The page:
The impact of grazing on seedling patterns in degraded sparse‐elm grassland Land Degrad. Dev. (IF 7.27) Pub Date : 2018-06-01 Yongcui Wang; Lei Chu; Stefani Daryanto; Lixin Wang; Jixiang Lin; Musa Ala
Over‐grazing by livestock in semiarid ecosystems is one of the main causes of desertification. Although over‐grazing contributes to global environmental challenge, only a few studies have investigated grazing impacts on the composition of species and functional groups of seedling bank. In this study, we determined whether the composition of seedling species and functional groups, as well as the correlations between the seedlings of sparse‐elm (Ulmus pumila var. sabulosa or U. pumila) and other species changed under three grazing intensities in the degraded sparse‐elm grassland in the Horqin Sandy Land, China. Species composition and abundance of established seedlings were surveyed and the relationships between seedlings of U. pumila and other species were analyzed. The results showed that plant communities under moderate grazing were more stable than the other two grazing intensities due to higher seedling density, higher species richness, and higher number of perennial herbs. Seedlings of U. pumila could even prevent noxious seedlings growth under moderate grazing. We concluded that moderate grazing could benefit the recovery of this sparse‐elm grassland in the Horqin Sandy Land.
Increased access to nearby green‐blue areas associated with greater metropolitan population wellbeing Land Degrad. Dev. (IF 7.27) Pub Date : 2018-07-03 Romain Goldenberg; Zahra Kalantari; Georgia Destouni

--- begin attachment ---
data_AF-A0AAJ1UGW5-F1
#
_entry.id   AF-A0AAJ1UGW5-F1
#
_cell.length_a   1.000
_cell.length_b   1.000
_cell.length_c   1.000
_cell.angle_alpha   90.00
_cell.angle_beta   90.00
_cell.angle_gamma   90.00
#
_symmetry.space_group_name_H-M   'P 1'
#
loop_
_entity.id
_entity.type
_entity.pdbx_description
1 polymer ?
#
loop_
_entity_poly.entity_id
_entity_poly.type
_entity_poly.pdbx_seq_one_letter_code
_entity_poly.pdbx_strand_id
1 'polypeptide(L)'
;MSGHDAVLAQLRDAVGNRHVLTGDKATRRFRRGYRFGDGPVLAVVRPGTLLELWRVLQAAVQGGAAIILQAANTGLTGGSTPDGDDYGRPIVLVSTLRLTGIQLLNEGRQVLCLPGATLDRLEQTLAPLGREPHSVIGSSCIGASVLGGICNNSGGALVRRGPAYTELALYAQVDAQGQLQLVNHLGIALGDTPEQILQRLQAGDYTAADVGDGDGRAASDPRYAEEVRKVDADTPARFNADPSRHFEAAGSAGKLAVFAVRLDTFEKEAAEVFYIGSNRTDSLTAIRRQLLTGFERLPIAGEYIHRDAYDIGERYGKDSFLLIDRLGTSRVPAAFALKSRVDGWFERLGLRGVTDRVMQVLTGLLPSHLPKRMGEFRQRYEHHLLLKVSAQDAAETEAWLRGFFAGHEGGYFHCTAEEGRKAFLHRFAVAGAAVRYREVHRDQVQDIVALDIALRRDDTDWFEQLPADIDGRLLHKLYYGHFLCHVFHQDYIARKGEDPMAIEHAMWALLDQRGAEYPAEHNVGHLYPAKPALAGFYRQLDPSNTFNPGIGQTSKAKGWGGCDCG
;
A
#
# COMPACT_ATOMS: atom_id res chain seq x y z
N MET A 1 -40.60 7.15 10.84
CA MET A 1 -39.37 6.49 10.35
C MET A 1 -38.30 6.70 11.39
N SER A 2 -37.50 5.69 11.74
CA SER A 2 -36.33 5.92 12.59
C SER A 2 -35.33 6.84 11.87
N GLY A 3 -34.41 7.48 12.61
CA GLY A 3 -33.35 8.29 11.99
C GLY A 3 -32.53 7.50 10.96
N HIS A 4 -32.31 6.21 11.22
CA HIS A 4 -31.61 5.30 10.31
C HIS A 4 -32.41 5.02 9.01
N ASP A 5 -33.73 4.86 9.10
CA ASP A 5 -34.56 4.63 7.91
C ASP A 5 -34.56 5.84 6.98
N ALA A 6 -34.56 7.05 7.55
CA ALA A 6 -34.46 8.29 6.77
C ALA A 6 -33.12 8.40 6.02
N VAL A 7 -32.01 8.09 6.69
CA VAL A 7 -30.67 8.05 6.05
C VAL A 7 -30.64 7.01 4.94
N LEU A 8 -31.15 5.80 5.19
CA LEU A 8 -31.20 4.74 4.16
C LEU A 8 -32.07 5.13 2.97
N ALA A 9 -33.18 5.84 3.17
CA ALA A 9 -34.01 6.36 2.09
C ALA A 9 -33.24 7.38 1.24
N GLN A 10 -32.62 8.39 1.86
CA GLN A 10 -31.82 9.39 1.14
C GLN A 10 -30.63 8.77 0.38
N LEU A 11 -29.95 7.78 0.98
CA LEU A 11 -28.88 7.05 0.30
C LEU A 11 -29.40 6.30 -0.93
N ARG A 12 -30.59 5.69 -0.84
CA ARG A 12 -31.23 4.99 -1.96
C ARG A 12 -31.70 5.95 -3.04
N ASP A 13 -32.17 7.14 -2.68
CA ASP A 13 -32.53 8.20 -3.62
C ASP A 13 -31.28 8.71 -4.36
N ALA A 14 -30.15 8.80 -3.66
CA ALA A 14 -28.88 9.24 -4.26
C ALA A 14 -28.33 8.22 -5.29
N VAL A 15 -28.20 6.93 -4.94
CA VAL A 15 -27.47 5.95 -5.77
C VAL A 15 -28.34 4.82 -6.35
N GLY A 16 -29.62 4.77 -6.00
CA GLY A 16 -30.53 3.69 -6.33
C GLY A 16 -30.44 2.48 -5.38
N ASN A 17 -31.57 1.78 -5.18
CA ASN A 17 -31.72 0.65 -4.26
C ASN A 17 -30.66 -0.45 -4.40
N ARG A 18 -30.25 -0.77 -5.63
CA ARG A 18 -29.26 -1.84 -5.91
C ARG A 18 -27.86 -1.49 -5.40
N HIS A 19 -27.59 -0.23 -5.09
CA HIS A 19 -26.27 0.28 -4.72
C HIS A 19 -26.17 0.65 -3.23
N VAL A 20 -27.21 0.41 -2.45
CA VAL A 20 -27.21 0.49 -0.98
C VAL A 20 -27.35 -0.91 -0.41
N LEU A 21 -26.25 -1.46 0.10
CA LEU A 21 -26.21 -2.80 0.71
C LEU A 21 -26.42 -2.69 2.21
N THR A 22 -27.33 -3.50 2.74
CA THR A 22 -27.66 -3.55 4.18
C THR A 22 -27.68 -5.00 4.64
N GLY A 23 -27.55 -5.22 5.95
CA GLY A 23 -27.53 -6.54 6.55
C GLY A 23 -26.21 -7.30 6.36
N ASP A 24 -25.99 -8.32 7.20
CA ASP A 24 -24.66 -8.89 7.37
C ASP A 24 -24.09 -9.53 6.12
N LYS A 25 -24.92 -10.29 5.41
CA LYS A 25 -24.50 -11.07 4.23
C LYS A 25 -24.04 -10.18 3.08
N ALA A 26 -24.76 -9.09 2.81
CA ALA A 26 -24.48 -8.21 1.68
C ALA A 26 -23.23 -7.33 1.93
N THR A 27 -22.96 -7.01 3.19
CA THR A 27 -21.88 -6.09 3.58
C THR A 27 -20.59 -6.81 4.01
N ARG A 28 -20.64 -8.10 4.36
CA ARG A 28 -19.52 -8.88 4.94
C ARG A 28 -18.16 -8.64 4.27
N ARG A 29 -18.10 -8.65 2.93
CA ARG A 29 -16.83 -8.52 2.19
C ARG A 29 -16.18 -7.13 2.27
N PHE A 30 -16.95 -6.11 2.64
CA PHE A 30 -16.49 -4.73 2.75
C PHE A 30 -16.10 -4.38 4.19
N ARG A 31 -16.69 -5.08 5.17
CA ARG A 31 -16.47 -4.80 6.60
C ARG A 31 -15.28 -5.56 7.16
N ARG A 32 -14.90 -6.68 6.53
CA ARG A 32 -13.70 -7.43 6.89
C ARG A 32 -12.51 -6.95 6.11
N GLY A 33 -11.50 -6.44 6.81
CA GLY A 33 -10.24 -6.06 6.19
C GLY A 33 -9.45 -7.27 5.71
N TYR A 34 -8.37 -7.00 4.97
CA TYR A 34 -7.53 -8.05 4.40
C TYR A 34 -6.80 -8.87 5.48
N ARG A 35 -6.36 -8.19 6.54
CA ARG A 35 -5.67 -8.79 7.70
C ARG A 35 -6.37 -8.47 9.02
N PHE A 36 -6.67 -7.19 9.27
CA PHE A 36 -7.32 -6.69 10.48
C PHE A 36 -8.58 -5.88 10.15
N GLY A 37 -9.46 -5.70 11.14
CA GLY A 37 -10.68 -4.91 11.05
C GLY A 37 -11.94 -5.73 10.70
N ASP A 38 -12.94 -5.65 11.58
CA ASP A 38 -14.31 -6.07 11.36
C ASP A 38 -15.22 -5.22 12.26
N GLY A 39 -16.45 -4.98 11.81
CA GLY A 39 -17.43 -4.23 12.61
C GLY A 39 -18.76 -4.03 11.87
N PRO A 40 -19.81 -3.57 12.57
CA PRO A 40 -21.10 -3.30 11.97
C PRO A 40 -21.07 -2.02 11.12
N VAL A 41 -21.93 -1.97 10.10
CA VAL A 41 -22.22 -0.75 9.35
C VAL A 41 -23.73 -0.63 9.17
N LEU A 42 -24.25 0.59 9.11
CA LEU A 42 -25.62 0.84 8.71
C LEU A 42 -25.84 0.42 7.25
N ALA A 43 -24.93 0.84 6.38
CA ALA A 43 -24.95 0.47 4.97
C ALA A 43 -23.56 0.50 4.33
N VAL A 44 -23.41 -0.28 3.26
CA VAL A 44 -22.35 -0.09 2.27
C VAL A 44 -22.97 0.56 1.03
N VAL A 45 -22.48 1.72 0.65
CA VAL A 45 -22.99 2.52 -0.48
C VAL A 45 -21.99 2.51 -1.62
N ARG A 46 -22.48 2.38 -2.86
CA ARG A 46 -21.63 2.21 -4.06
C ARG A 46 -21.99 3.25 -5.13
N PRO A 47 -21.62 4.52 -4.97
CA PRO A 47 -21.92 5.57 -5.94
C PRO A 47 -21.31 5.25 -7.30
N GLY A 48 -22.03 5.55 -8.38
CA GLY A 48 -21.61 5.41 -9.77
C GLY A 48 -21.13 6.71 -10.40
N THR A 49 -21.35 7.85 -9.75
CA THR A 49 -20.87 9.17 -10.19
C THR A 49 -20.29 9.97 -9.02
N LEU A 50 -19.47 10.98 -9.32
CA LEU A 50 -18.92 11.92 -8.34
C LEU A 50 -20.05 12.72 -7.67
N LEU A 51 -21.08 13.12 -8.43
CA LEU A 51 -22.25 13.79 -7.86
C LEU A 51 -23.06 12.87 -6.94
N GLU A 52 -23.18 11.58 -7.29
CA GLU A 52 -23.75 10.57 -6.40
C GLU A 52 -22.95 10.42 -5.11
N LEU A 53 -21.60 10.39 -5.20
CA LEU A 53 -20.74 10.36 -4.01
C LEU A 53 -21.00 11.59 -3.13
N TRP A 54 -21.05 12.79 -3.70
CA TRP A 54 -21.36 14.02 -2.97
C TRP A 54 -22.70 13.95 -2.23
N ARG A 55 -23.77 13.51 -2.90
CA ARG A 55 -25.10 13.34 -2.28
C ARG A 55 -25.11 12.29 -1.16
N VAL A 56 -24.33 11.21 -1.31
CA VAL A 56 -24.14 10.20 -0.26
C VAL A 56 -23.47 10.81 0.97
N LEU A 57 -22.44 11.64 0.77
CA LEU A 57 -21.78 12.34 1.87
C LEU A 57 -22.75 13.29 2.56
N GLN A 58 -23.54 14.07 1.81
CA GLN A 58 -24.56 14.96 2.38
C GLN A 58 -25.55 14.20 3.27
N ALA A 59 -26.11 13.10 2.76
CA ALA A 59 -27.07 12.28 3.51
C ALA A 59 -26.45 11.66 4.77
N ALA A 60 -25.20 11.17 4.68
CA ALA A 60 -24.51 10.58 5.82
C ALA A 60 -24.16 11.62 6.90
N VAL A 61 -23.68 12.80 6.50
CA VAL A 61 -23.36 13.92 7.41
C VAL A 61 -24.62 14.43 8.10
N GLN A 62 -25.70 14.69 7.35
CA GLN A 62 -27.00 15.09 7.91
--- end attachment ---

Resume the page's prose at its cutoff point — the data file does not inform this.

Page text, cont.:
Numerous cities in the world have to handle and support increasing populations, with questions remaining concerning good planning strategies for their growth and development. Among these questions, access to nature for urban residents has been the subject of increased scrutiny in recent years. We here propose and apply a generally applicable new approach to quantitatively investigate the role of close access to natural or nature‐based green‐blue areas for the wellbeing of urban populations. A key novel aspect of this approach is to use income level as a measure of people's possibility to choose their nearby living environment such that it provides them with the highest affordable level of wellbeing. Based on this measure, we concretely investigate possible trends in local green‐blue area access with increasing local income level in the case study example of the Stockholm Metropolitan region in Sweden. For this regional case, we find clear relationships between income level (and related degree of nationality homogeneity) and share of natural/nature based green‐blue areas and man‐made grey areas within walksheds of different population segments. The results point at the importance of maintaining and restoring nearby natural and nature based green‐blue areas as key solutions for increased wellbeing of urban populations; and call for further testing and comparative investigations of local scale associations between socio‐economic descriptors and physical environment in other parts of the world.